Social worker today suggested ‘therapy’ to help Noah and I deal with the difficultie s of having a chronic illness. I snappily smiled, “we don’t need therapy. We need the an swer, then we’ll be fine.”


I know these people mean well. I get it. That’s their job. The professional shoulder to cry on. The person we’re supposed to complain and moan about how difficult our lives are and how hard it is to make it through the day.

The problems I have with this strategy?

1) it doesn’t fix anything. I can waste time crying all I want to, and my immune deficiency is still going to be there when I’ve dried my eyes and thrown out all the tissues — then I’d have to deal with that fact I just wasted whatever valuable energy I did have that day just spinning in circles and crying about something that isn’t just going to go away just because I wished it too. It’s a waste of time feeling sorry for myself.

Then more importantly,

2) when you actually do have a serious immune deficiency — a real one, not an imaginary one — an immune deficiency that **kicks you in the ass** immune deficiency —

that also means I’ve spent a good portion of my life in hospitals, which means I’ve met many people who have it much worse than I do. They’re either sicker than I am, or they don’t have a Godfather in their life to make sure they have a home and access to health care, like Noah and I have been extremely lucky to have.

So as much as my life sucks — and yes, as the mountain of medical supplies in my bedroom can attest to— my life does suck,

but I’m very much aware of how much worse life can be, so most of my time…I actually feel grateful.

So why waste time moaning about it? This isn’t a recent major car accident or the sudden onset of a destructive illness. This is an immune deficiency that has been an ***entire way of living life for years and years***

Normal people don’t get that. Maybe because they think about how sad they would be if they got really sick? How destructive it would be to their life as they know it? How developing a serious illness would keep them from their dreams, so they would feel so sad?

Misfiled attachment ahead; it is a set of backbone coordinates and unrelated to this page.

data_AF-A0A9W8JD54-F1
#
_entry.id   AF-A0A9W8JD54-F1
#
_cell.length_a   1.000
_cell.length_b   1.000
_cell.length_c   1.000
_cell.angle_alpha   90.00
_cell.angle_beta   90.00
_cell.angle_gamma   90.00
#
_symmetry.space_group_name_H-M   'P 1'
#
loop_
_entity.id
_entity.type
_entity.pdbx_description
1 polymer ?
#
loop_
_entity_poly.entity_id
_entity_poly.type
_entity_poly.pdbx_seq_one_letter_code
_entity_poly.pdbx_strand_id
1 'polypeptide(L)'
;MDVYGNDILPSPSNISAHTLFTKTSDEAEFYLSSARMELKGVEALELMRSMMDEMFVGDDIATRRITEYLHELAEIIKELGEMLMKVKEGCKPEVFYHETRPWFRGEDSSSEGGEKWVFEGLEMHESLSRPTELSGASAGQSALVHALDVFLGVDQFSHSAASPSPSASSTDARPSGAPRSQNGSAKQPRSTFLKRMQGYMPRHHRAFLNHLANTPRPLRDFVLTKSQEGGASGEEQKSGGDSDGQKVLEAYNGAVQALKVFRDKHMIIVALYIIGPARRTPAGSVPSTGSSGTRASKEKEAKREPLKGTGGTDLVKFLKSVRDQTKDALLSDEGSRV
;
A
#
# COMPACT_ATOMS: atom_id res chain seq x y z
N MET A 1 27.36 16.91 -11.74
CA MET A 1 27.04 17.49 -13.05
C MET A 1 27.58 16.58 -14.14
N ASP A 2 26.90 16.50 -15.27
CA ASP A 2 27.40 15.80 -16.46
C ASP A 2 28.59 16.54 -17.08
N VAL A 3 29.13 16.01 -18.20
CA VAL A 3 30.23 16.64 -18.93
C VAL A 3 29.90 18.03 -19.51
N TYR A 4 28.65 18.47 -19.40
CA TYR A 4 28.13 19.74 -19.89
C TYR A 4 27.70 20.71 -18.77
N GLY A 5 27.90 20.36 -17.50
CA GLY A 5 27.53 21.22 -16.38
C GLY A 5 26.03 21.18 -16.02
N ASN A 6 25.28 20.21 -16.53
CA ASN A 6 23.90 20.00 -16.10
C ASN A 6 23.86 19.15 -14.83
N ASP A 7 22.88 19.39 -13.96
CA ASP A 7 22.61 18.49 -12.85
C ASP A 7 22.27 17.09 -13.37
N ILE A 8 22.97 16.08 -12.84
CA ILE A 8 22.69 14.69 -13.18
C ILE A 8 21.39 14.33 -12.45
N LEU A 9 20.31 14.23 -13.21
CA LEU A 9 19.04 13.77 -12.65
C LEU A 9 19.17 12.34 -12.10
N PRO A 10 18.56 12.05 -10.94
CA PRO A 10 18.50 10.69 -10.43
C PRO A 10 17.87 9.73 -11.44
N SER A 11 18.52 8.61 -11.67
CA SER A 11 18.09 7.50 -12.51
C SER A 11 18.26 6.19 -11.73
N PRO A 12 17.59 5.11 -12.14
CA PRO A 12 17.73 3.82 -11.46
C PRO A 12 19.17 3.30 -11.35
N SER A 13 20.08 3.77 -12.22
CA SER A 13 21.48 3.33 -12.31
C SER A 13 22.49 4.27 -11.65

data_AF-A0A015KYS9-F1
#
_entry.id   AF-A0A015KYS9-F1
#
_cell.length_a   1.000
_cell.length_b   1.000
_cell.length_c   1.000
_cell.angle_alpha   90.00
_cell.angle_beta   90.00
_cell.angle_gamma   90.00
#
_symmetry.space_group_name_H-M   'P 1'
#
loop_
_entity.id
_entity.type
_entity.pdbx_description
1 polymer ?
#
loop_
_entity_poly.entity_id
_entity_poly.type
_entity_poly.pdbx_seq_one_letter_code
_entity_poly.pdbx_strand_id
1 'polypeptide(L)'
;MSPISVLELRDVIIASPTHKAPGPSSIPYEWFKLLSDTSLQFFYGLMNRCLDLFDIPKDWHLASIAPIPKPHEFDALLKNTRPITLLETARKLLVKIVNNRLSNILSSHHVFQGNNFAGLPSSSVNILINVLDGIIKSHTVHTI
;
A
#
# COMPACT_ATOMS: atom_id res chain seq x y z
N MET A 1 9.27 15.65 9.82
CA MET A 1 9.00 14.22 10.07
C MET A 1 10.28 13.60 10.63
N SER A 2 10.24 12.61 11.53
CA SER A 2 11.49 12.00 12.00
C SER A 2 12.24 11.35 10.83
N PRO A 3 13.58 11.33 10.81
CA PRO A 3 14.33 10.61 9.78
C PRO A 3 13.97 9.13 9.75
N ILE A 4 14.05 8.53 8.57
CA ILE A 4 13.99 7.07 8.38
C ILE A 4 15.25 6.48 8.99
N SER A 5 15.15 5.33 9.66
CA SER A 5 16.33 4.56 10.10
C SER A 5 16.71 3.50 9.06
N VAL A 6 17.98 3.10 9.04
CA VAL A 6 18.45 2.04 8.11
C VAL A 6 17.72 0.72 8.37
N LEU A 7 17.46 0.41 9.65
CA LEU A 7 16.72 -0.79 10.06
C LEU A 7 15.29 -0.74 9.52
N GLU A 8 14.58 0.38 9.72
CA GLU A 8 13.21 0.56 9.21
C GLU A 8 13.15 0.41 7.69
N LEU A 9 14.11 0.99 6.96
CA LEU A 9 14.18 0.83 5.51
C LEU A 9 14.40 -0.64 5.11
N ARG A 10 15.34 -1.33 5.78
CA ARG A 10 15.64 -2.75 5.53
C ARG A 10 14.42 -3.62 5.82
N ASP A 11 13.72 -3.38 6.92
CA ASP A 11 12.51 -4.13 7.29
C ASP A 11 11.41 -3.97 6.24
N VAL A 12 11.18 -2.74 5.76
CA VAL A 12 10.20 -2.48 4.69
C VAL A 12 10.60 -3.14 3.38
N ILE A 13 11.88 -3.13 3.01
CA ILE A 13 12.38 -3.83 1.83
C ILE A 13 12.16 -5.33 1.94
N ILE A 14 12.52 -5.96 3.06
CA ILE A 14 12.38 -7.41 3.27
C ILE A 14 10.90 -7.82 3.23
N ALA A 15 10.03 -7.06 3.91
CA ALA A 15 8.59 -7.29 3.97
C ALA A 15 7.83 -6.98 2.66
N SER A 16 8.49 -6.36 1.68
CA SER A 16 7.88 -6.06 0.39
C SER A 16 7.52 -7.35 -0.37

But when living life like this has been **all you’ve known for a very long time**

you get well past thinking about what you don’t have, and focus more on what you’re grateful for — to be alive — to have access to medical care — to be able to go to the pharmacy and have the money to pay for medications that keep us alive —

Everything else feels so trivial and superficial in comparison, so why would I be depressed about that? That’s great for the normal people to care about such things,

But we, the seriously ill, have much more serious hopes and dreams and therefore are not sad or depressed by the lack of trivial and superficial wants and desires of the normal people.

I want this immune deficiency fixed and solved so that my son David Noah can actually develop and nurture have those types of normal dreams and desires.

I mean it. Don’t pity me, don’t feel sorry for me, amongst the seriously ill I am one of **the lucky ones**. Grampa Joe is an angel in our life most do not have.

Therefore, I’m not sad or depressed, I’m 🤪*fierce* and *determined* to get the answer. Don’t confuse the two.

It would be insulting to the gods if I didn’t use the luck of my situation not do **everything** I can to try and solve this for my son.

So get on it. Fix it. Trust me, I’m not sabotaging my life or engaging in destructive patterns of behavior for fun.

We’re sick. Help us.

About hopeforanswers

Some kind of rare immune deficiency, yet to be determined. A lifetime of infections without an elevated white cell blood or fever. Very grateful to be alive, very thankful for the friends who’ve supported me and for access to literally millions of dollars worth of medical care. I’m not the bubble child, I’m somewhere in between.
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